Sure, there are many Godaddy vouchers out there. Good opportunity to save mola on Godaddy now. I advise you to sign up for their emails so you can get their latest online specials. They typically send once a month..
I deliberately posted initials so no-one would know and there wouldn't be a libel action. Now you've blown it!!..
And therein lies the problem, Bushie. IE, the browser that most people use (or so I'm told), doesn't like xhtml. A page done in xhtml doesn't always want to run properly. The same with HTML strict.
I'd say it would depend on your target audience and your level of 'I-wanna-learn'. I'm with Aero for beginners. Get to know how a page is supposed to look and get familiar with the tags before you start getting technical with the coding. It's the workaround for IE that drives everyone nuts and that takes a bit of practice and knowledge. Just to keep the frustration level from becoming too great, start out with HTML and work your way up..
Fwiw, it's not the XHTML markup that IE has issues with, it's the prefered mime-type (application/xhtml+xml), which is why it's useful that XHTML 1.0 is permitted to be served using the traditional text/html mime-type..
I've not yet encountered any issues using XHTML 1.0 Strict markup (s/a text/html) in IE/Win...
IE loves XHML and renders it fine and I recommend going with XHTML but there is still NO ADVATAGE of doing so (other than for your career). Prove me wrong and name one good technically proven reason why XHTML is better than HTML - there are none!.
As for XML sites only IE renders them I think...
No when XHTML is used IE renders it as text/html. If the correct mimetype was passed e.g. application/xhtml+xml IE would try to download the page. Changing the content type in the html doesn't do anything so that won't cause anything to happen. Using XHTML if you know just shows that you are up to standards when it comes to a web site. For example you want to have a GoDaddy site built, one designer knows only HTML, the other knows XHTML who would you hire?..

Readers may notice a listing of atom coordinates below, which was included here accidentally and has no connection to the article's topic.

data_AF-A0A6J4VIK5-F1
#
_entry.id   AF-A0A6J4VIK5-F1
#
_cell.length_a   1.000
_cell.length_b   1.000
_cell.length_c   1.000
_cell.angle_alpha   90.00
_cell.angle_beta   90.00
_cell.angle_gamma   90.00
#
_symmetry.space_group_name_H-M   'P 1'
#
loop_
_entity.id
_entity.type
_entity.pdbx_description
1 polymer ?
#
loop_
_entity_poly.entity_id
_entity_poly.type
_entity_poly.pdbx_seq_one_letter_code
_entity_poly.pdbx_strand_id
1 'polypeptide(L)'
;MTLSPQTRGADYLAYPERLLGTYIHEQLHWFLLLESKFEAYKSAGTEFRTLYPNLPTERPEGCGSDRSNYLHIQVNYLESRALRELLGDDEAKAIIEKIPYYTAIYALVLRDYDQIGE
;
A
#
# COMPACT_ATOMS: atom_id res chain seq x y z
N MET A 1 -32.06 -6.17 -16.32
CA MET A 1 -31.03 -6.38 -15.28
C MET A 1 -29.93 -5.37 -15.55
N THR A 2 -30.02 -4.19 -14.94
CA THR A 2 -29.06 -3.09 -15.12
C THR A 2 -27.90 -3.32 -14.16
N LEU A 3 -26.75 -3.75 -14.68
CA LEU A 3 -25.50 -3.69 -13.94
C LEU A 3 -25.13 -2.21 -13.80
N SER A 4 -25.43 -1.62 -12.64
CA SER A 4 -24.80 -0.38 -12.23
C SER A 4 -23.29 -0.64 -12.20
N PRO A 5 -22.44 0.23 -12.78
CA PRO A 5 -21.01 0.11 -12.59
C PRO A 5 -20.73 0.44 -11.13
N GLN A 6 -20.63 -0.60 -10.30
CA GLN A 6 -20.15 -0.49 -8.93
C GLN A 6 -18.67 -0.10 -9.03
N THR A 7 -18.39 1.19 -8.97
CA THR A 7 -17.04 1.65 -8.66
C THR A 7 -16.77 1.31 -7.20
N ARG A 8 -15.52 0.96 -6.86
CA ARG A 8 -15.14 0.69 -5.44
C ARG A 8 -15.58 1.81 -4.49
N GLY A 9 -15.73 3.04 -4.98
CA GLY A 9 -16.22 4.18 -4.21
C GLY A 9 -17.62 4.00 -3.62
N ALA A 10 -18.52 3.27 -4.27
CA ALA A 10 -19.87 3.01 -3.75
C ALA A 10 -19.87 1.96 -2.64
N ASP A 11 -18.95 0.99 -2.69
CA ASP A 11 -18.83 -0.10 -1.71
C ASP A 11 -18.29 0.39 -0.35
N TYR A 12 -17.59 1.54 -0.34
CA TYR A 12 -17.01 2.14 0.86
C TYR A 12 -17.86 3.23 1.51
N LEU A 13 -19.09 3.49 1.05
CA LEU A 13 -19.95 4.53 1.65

Can you show me an example or explain as I dont quite understand? Your coming from a programming side rather than layout for design?..
Functionally, you are correct: there is no appreciable difference between HTML and XHTML. They both makes web pages, and they both have more or less the same tools available to do so. All major browsers support them equally, with the caveat that IE doesn't like pages served with goofy mime types (blasted mimes!)..
It really comes down to this: do you intend to make a career out of web design/programming? If so, you really ought to learn XHTML, as it's what people are going to start expecting. It's also a lot easier to learn the stricter requirements of XHTML and then step back to the looser HTML than it is to learn the looser HTML and step up to XHTML (if you don't believe me, cruise through these forums and see how many times the sentence "all attributes in XHTML must be quoted" appears)..
If you're just a hobbiest and let me state clearly that there is nothing wrong with this then HTML will do just fine..
In either case, I second the sentiment expressed earlier (though I can no longer find it, so it may have been in a different thread) that it is better to have valid HTML 4 than invalid XHTML 1. Whichever you choose, do it properly. Otherwise, you're going to spend a lot of time hunting down problems..
I personally consider the XHTML markup standards's take on well-formedness (i.e. full and proper nesting) to be preferable. I feel that the XHTML markup standard tightens up one or two of the loose bolts present in HTML 4.01..
Whilst it is only a small factor, I feel it's one that encourages a better comprehension of well-formedness than that which is set out in HTML 4.01..
(I am aware that you can formally close paragraphs in HTML 4.01, but as the HTML 4.01 standard neither encourages it or requires it, there is no incentive for beginners to take it on board.).
Of course, in (current) real terms, it's a moot point, though I would suspect that XHTML's idea of well-formedness makes it a more pedantic structural markup language which, I would imagine, improves it's portability and it's chances of interoperability..
(I don't know enough about other places where markup might be used to know for sure if that has any currency in today's interweb landscape.)..
My preference is for xhtml because I abhor big letters, the use of them is anathema to me...